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Keywords:

  • autocorrelated growth;
  • Chamaedorea ;
  • elasticity analysis;
  • growth differences;
  • historical effects;
  • individual variation;
  • integral projection model;
  • plant population and community dynamics;
  • shade tolerance;
  • trade-offs

Summary

  1. Persistent variation in growth rate between individual plants can have strong effects on population dynamics as fast growers reach the reproductive size at an earlier age and thus potentially contribute more to population growth than slow growers. In tropical forests, such persistent growth differences have so far been documented for canopy tree species, where they are primarily associated with forest gap dynamics, but not for forest understorey species which are less responsive to gaps. Here, we study persistent growth differences and their demographic consequences for a tropical forest understorey palm, Chamaedorea elegans.
  2. We measured internodes along stems and annual leaf production rates to reconstruct lifetime growth trajectories. Using regression analysis, we determined the relative effect of stem length and past growth rate on vital rates (survival, growth and reproduction). We then simulated population dynamics using integral projection models (IPMs), in which individuals were categorized by both stem length and lifetime past growth rate.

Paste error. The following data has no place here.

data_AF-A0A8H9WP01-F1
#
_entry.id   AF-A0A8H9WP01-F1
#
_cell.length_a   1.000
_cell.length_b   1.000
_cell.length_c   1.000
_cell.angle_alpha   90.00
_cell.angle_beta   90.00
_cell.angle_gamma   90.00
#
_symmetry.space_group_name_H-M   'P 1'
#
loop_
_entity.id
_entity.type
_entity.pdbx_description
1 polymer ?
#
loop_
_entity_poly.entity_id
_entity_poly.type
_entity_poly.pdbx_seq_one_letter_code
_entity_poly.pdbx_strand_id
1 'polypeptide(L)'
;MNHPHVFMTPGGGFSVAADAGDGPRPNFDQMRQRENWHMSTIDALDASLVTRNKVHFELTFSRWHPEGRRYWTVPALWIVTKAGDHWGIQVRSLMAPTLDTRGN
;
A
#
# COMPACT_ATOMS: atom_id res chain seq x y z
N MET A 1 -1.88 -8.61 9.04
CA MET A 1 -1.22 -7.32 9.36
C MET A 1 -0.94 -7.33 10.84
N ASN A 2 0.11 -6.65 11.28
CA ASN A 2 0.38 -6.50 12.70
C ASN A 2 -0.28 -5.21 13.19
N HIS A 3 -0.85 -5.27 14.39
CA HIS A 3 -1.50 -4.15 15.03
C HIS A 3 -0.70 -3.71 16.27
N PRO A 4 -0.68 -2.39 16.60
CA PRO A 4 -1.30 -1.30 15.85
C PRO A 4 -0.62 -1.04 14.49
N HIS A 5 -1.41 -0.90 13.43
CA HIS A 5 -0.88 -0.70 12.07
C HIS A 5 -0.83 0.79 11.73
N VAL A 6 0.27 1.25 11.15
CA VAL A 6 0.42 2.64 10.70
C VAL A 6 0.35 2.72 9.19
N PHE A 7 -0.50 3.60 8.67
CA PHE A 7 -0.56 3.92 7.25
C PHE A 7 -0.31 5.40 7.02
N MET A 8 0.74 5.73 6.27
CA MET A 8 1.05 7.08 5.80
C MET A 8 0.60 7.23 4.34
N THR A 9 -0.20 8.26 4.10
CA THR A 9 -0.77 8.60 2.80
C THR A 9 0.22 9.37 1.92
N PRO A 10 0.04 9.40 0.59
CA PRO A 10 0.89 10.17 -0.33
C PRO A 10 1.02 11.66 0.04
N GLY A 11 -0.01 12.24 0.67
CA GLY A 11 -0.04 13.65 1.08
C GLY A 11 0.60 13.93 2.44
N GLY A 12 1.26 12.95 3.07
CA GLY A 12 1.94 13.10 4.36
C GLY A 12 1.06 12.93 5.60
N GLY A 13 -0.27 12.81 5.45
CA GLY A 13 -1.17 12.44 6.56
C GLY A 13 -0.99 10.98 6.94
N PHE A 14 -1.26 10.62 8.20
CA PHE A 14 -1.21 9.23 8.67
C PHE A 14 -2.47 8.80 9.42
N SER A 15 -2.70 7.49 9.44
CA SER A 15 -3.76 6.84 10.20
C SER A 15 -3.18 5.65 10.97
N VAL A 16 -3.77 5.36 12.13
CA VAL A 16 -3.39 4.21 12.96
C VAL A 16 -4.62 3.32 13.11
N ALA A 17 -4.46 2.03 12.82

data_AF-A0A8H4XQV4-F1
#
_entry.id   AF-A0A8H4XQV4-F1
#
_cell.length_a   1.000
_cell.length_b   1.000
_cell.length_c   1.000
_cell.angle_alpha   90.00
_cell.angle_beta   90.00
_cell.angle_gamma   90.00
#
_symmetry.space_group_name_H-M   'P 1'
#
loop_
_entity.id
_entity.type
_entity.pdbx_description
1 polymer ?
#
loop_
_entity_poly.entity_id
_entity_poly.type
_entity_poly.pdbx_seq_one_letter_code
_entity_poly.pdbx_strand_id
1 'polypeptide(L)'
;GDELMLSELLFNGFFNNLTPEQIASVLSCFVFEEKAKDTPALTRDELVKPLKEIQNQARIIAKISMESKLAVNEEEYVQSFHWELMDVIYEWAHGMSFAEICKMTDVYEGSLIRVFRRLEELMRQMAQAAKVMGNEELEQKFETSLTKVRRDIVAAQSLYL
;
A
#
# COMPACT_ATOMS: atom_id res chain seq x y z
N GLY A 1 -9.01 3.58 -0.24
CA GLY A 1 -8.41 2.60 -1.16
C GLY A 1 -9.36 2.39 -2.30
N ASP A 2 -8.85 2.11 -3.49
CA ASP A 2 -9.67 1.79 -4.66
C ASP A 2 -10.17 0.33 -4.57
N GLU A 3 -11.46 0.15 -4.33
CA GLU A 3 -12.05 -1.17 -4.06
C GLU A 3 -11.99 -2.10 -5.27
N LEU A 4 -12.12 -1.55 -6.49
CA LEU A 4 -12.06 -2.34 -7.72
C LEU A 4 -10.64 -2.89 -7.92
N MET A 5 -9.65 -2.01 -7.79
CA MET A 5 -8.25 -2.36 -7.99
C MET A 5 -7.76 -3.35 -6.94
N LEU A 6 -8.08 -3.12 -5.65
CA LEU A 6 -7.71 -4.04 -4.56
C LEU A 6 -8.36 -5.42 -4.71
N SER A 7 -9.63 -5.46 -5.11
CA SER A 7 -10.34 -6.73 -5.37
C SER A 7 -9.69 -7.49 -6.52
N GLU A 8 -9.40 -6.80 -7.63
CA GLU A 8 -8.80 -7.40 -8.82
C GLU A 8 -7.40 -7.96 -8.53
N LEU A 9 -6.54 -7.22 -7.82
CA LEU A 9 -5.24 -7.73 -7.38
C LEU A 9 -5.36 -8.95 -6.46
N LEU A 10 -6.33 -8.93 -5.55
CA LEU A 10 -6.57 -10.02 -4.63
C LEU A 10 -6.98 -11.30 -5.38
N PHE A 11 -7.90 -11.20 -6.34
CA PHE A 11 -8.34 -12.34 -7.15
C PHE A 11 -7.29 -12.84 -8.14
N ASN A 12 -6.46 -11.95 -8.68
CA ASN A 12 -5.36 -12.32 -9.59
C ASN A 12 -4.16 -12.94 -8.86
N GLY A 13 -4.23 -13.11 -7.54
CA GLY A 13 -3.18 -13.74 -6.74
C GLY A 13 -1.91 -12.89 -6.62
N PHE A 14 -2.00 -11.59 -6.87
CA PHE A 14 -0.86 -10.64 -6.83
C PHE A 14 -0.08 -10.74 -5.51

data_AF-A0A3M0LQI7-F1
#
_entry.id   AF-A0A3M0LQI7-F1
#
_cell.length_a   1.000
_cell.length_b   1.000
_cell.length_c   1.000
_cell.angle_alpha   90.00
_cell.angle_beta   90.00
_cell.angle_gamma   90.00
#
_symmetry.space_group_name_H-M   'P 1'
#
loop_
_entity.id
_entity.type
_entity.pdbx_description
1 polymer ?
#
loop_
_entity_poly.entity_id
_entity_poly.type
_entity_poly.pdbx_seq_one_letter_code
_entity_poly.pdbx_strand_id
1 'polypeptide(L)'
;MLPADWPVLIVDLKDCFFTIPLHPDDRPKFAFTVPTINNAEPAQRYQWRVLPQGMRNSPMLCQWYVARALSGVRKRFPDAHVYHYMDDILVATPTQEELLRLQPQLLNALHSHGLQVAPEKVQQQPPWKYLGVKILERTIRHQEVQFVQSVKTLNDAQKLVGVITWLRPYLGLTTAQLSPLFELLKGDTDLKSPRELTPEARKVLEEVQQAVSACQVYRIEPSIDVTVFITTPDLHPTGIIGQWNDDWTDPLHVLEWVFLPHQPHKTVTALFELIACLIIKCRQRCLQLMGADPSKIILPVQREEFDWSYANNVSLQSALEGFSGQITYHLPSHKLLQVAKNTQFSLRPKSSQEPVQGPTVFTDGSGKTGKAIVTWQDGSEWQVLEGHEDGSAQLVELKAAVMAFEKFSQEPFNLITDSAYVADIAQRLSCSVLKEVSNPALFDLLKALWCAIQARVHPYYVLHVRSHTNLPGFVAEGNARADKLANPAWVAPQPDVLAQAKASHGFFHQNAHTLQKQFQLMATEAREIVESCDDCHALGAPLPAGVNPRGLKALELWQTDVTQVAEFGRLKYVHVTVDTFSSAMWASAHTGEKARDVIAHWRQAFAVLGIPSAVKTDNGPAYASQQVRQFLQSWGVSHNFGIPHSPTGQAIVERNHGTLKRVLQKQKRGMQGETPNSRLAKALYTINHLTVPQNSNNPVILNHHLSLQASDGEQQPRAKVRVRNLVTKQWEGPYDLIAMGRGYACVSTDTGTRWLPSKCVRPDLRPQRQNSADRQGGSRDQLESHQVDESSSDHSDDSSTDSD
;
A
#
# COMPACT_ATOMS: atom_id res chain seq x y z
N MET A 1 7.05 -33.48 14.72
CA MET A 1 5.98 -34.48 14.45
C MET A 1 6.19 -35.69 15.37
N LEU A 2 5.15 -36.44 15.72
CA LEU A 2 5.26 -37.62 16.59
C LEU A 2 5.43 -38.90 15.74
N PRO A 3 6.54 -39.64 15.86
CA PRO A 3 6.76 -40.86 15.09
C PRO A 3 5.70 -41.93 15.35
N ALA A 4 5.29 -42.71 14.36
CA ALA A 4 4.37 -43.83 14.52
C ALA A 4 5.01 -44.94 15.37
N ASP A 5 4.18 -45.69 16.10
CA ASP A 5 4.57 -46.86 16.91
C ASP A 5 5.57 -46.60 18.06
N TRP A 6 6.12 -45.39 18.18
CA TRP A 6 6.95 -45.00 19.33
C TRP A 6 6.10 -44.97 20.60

3. Stem growth differences among individual palms persisted over most of their lifetime. Past growth rate averaged over the palm's lifetime proved to be a very good predictor of growth, reproduction probability and seed production, often much better than stem length or age. The effects of past growth rate were positive, indicating that fast growers maintain high rates of growth and reproduction.
  4. Projected population growth rate (λ) was 1.056, and stable stage distributions closely resembled observed population structures. Separating individuals with above-median and below-median past growth rates in IPMs revealed substantial differences in elasticity values. The 50% fastest growers had a 1.8 times higher elasticity, and thus a 1.8 times higher contribution to population growth, compared to slow growers.
  5. Synthesis. Strong and persistent growth differences that are probably associated with environmental (edaphic) and/or genetic factors govern individual performance and population dynamics of a tropical forest understorey palm. Overall, our study shows that strong inter-individual growth variation is not limited to canopy trees and that it can be generated by other factors than canopy dynamics. It is likely that persistently fast-growing ‘super performers’ govern population growth of many long-lived species.